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Literature: The Martha Years
The four books, written by Melissa Wiley, are Little House in the Highlands, The Far Side of the Loch, Down to the Bonny Glen, and Beyond the Heather Hills, chronicling the life of Martha Morse from age six to age ten.

HarperCollins was behind the publishing of this series; years after the original series was published, they hired several people to write three prequel series, each focusing on one of Laura's relatives. The Caroline Years told the story of Laura's mother, The Charlotte Years featured Caroline's mother, and The Martha Years followed Charlotte's mother.

The original idea was for the Martha Years to take Martha all the way to adulthood, but for various reasons, this never happened.


Tropes relating to Martha Morse, Laura Ingalls Wilder's great-grandmother:

  • Aerith and Bob: Grisie, Alistair, Robbie, Duncan, Martha.
  • Annoying Younger Sibling: Martha herself could be this to her older sister, Grisie, at times.
  • Barefoot Poverty: Subverted: Martha, though the daughter of a lairdnote , would rather go barefoot than wear shoes.
  • Coming of Age Story: Was intended to be this; due to Executive Meddling, the series was cut short when Martha was ten.
  • Dating What Daddy Hates: Martha. Though the series only covered Martha's pre-teens, she grew up to marry Lew Tucker, a blacksmith instead of a wealthy lord as was expected. Historical evidence explicity states her family were unhappy with the match.
  • Determinator: Though it isn't covered in the series, when Martha's parents forbade their marriage, Lew Tucker left for America. Martha was less than happy with her parents, and so left for America after him. They did, in fact, get married, and are shown to be quite happy together in The Charlotte Years.
  • Growing Up Sucks: Martha has a near-constant struggle with this; as the daughter of a laird, the youngest child notwithstanding, she's supposed to be a proper lady, like her sister. She would far rather be playing in the fields with the children of the tenants on her father's land than sitting inside sewing, spinning, knitting, et.,
  • The Glorious War of Sisterly Rivalry: Martha and her older sister Grisie. Martha was tomboyish, energetic and mischievous, while Grisie was girly, quiet and passive.
    • The difference between Martha and Grisie is further emphasised by their choice of lifestyle. Grisie marries a rich, landowning friend of their father and settles down as a society wife. Martha emigrates to America with the village blacksmith to live the life of a commoner.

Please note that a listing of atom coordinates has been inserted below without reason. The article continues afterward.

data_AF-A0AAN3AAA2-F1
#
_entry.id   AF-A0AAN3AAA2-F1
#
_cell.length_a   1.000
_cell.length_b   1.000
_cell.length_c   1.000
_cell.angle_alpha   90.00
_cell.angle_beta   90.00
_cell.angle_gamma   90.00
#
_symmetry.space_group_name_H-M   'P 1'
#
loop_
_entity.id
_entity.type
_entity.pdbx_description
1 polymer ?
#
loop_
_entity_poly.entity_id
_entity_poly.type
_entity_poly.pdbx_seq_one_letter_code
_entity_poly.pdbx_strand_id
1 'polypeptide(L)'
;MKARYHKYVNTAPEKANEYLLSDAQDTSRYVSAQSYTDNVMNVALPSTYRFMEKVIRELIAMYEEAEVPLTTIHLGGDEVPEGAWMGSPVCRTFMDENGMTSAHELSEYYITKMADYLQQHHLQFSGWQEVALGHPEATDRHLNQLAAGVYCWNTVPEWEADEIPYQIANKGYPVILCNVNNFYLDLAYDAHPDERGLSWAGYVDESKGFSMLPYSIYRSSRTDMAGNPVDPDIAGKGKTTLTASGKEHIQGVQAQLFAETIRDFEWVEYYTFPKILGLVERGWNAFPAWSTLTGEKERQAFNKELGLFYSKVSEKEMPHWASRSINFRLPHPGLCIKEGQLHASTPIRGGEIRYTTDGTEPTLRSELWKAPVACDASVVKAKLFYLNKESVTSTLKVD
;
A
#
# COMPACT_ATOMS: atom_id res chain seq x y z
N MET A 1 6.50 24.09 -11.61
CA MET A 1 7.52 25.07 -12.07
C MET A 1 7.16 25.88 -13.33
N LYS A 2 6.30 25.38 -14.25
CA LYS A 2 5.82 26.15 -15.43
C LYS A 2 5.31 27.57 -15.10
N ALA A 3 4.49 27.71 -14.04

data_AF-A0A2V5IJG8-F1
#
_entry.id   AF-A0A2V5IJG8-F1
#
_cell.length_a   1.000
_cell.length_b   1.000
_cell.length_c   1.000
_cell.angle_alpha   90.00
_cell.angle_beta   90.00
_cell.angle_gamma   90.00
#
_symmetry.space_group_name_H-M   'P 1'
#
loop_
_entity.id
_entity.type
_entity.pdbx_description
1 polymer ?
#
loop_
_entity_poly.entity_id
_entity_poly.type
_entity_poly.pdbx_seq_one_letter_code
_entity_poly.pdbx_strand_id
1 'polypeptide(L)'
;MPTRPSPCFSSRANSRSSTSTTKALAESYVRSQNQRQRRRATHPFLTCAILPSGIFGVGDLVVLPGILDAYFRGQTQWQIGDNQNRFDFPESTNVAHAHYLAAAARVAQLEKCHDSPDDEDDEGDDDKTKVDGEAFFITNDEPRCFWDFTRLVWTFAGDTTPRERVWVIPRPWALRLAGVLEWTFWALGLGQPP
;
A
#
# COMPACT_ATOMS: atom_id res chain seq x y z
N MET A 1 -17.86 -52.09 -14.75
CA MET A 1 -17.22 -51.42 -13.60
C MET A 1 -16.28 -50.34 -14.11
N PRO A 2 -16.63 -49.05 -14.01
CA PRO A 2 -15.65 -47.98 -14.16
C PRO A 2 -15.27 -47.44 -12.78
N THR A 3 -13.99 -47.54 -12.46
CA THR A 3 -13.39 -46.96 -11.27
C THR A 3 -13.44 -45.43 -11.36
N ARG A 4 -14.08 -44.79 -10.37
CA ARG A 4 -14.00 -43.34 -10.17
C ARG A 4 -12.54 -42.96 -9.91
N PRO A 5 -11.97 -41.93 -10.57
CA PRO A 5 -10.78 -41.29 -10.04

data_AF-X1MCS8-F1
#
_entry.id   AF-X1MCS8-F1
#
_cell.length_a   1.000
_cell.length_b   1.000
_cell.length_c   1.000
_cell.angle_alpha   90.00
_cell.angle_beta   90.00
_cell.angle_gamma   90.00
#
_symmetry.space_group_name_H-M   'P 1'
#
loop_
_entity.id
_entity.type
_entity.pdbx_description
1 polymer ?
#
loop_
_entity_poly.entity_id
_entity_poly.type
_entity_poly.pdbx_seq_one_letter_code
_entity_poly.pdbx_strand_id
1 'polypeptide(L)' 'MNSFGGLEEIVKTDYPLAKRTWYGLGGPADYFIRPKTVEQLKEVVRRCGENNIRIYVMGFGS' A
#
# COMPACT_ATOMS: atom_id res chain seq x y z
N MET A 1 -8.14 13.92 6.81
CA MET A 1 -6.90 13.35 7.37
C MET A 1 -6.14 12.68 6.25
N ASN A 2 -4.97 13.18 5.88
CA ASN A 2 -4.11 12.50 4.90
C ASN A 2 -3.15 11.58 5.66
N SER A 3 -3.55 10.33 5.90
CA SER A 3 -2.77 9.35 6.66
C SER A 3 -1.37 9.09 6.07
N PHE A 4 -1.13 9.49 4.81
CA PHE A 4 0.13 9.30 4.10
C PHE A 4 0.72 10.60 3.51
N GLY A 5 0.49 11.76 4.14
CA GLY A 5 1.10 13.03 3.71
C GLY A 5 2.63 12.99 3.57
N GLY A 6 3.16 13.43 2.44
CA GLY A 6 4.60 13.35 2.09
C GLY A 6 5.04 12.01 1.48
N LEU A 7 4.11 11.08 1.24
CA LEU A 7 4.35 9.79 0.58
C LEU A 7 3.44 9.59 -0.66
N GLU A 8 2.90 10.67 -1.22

• The Klutz: Definitely Martha.
  • Lady of Adventure: Martha emigrated to America, by herself, when her parents forbade her to marry Lew Tucker.
  • Nice Guy: Lew, who helped smuggle Martha craft supplies when she was sick in bed. (Including giving her his own knife).
    "Martha had no doubt he'd do as she asked. Lew Tucker was the type of boy who'd walk through the tempest to help a friend."
  • Outdoorsy Gal: Martha; she spends most of her time roaming Scottish moors and playing with her father's tenants.
  • Overprotective Dad: Martha's father isn't generally this. However, in between the final book in this series and the first book in the next, Martha becomes estranged from her family when her parents will not allow her to marry Lew Tucker, the blacksmith's son. As the daughter of a Scottish laird, Lew was seen as below Martha's station.
  • Plucky Girl: Martha, most definitely.
  • Rebellious Spirit: Martha.
  • Scenery Porn: Describes the Scottish highlands beautifully, befitting a prequel series to Laura Ingalls Wilder's books.
  • Sibling Yin-Yang: Martha and Grisie.
  • Star-Crossed Lovers: Martha and Lew. She was from well-off society, the daughter of a lairdnote  while he was a skilled labourer. The books were developing this before Executive Meddling ended the series. In real life, they emigrated to America to get married and start a family freely.
  • Spirited Young Lady: Martha definitely qualifies, being the daughter of a laird, but preferring foot-racing to sewing.
  • Textile Work Is Feminine: Martha's mother and Grisie are both very good at sewing, spinning, knitting, etc.
  • Tomboy and Girly Girl: Martha and Grisie; much like her great-granddaughter Laura, Martha would far rather be playing outdoors than sitting inside sewing or knitting.
  • Tomboy: Martha, obviously.
  • Tomboy Princess: While not royalty Martha is the daughter of a Laird, the Scottish version of a Lord so is technically aristocracy.
  • Uptown Girl: Martha for Lew. She is part of the Scottish aristocratic class while he is a working class blacksmith. See Star-Crossed Lovers above for more details.

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